Trade Down or Stand Your Ground?

The Chicago Bears face a tough choice regarding what to do with the first overall pick following a disappointing 2022 season.

By Austin Zeglis, Sports Reporter

The Chicago Bears have a chance to do something that might turn their franchise around. 

After finishing the 2022 season with a 3–14 record, the Bears solidified themselves as the worst team in the NFL last year. This means they have the first pick in the upcoming 2023 NFL draft.  

The Bears haven’t had a first-round pick, let alone the first overall pick, in three of the last four drafts. They traded their 2019 and 2020 first-rounders to the Las Vegas Raiders in the Khalil Mack trade and traded their 2022 first-rounder to the New York Giants to move up in the 2021 draft to select quarterback Justin Fields. Chicago’s 2022 pick ended up being seventh overall, which gave New York the opportunity to take Alabama tackle Evan Neal 

Speaking of Fields, it’s his presence on the team that complicates Chicago’s decision about what to do with the first overall pick. 

The first option, which is what most analysts are predicting, is for the Bears to trade down. This year’s quarterback class is top heavy, with Alabama’s Bryce Young, Ohio State’s CJ Stroud, and Kentucky’s Will Levis leading the charge. And since there are multiple teams desperate to find a franchise quarterback, trading up to number one to ensure you get the pick of the litter will certainly be tempting to a few general managers. 

Since they have no reason to draft another quarterback after taking Fields in 2021, Chicago could take advantage of other teams’ needs and trade the first overall pick for multiple picks later on in the draft.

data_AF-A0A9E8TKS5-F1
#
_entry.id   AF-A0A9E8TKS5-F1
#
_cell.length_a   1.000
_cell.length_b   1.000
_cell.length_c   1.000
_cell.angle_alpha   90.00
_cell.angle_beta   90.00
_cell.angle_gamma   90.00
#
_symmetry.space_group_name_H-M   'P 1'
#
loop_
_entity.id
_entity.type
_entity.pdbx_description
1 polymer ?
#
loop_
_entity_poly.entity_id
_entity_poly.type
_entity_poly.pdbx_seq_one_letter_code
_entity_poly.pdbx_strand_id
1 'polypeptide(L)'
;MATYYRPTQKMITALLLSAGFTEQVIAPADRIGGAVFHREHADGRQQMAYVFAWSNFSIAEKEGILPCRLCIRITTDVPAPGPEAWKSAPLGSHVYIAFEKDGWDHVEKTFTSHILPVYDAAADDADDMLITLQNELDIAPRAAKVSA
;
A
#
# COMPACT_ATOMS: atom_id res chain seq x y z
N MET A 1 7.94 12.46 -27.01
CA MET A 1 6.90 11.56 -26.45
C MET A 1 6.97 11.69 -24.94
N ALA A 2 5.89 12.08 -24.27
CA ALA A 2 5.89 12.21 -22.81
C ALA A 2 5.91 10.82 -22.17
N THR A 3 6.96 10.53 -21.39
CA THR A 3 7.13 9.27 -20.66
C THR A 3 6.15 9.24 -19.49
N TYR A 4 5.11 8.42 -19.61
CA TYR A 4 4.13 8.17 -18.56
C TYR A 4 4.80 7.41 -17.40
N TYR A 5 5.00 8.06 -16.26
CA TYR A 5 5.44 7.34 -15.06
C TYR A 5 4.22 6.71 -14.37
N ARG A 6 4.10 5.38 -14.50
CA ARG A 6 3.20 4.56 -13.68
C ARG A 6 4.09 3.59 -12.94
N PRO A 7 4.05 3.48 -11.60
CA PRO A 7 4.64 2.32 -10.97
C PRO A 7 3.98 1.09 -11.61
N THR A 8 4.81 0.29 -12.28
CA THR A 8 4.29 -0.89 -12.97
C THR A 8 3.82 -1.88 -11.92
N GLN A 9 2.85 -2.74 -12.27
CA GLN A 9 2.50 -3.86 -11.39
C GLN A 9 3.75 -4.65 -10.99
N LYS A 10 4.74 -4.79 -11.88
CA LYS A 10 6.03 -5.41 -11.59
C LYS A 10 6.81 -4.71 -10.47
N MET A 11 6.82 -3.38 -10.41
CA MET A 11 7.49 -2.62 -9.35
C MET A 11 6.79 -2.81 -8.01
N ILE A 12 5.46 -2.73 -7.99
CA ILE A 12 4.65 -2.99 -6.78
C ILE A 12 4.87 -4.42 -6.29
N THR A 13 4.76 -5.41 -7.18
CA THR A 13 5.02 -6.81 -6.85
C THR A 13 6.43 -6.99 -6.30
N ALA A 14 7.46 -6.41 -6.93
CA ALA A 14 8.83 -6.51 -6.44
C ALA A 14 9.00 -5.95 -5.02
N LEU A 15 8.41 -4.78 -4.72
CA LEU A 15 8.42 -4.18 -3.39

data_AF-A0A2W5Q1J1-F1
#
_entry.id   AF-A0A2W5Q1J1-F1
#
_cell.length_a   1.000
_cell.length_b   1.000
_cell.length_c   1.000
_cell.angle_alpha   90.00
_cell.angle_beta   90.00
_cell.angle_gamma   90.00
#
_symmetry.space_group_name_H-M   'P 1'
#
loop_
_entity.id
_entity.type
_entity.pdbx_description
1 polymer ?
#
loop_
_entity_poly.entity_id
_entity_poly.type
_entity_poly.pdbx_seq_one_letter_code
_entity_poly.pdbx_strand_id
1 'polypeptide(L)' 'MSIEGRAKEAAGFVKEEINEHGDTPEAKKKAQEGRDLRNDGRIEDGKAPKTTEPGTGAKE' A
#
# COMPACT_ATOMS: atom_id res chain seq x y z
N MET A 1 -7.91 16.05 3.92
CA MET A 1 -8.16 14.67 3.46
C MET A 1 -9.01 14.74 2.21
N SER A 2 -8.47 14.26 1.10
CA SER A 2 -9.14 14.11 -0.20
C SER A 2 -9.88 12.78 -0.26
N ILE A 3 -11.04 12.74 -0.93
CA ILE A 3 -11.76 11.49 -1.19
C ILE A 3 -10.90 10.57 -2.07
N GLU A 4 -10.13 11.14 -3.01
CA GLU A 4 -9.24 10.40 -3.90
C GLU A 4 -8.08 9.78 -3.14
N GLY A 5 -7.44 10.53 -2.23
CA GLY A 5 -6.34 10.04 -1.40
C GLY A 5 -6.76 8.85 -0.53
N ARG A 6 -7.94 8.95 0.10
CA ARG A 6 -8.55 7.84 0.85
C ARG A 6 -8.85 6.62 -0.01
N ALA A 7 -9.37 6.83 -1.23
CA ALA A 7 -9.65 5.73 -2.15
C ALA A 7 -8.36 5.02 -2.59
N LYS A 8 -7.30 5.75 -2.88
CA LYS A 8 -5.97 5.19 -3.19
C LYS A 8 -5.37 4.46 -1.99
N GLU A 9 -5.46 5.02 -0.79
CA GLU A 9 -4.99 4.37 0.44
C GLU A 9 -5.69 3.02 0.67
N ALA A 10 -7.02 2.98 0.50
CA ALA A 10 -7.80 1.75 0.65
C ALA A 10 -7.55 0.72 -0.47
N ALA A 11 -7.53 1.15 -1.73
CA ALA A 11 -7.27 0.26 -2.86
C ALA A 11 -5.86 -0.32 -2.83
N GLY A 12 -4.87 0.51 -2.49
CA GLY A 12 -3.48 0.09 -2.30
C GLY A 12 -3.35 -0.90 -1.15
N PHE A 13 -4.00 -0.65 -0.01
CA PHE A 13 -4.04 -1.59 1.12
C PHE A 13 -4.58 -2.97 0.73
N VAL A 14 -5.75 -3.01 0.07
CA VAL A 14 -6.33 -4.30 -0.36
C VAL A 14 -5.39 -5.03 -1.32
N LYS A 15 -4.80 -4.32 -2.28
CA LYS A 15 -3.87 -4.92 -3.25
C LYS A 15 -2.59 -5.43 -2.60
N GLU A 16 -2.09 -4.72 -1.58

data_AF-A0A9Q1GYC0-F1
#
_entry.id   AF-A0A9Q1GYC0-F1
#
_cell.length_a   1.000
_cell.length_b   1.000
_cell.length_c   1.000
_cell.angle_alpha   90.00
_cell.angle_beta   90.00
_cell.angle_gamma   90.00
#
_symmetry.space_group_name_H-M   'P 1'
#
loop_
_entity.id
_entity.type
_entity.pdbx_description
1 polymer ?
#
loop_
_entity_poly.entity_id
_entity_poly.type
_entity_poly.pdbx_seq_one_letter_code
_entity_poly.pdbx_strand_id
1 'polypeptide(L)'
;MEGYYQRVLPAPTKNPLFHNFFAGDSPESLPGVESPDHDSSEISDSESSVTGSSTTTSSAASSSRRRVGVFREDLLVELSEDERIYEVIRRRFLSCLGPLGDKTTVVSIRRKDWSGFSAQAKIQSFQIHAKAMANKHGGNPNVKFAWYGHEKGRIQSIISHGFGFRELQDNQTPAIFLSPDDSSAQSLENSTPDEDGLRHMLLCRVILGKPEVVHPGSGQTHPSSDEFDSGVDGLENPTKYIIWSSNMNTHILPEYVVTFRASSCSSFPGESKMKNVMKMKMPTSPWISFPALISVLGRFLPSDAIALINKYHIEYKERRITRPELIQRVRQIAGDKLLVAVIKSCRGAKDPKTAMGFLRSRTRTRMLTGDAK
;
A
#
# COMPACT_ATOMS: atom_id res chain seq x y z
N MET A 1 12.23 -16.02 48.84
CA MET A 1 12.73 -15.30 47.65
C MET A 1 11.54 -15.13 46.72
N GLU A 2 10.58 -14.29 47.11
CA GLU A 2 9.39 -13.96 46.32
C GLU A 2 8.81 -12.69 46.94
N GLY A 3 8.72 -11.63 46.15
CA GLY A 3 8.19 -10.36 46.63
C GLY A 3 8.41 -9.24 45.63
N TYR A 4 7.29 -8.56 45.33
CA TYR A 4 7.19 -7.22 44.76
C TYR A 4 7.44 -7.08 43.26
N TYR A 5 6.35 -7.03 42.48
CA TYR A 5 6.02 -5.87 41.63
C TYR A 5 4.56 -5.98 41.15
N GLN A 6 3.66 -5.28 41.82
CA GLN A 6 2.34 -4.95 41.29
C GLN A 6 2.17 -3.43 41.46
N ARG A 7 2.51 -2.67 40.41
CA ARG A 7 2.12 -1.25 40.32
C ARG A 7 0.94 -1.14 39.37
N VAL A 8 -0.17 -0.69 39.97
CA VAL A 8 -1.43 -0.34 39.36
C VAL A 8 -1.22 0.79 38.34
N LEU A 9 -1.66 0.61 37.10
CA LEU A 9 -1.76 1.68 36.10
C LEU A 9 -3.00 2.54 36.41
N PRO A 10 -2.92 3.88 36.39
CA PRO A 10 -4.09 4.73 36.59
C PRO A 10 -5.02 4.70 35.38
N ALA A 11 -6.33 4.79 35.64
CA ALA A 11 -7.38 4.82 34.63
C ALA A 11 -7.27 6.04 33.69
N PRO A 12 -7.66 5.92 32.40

The Colts are one of the teams flirting with trading up to the top spot. Neither 34-year-old Nick Foles nor 37-year-old Matt Ryan are quarterbacks to build the future of a franchise around, especially after Indianapolis’s 4–12–1 record last year. And while 2021 sixth-round pick Sam Ehlinger is still on the roster, his 31.8 quarterback rating through four appearances last year doesn’t exactly translate to mouthwatering potential. 

Indianapolis could offer Chicago the fourth overall pick, the 35th overall pick, and a couple of day-two picks in next year’s draft to try and ensure they get their choice of Young, Stroud, or Levis. 

Houston is another team that could trade up. After dealing Deshaun Watson to Cleveland last off-season, the Texans are in need of an answer at quarterback. Stanford product Davis Mills showed some flashes of talent last season, but it certainly wasn’t enough to convince the front office that he was the long-term solution.  

The Texans have the second overall pick in the 2023 draft, meaning that if the Bears stand pat with the first overall pick, Houston should have their choice at the top three quarterbacks available (assuming Chicago doesn’t take a quarterback). But the possibility that the Colts leapfrog the Texans in a trade with Chicago might be enough to make Houston call up the Bears with a trade offer. Houston would most likely need to include their second round pick, which is 33rd overall, to swap with Chicago.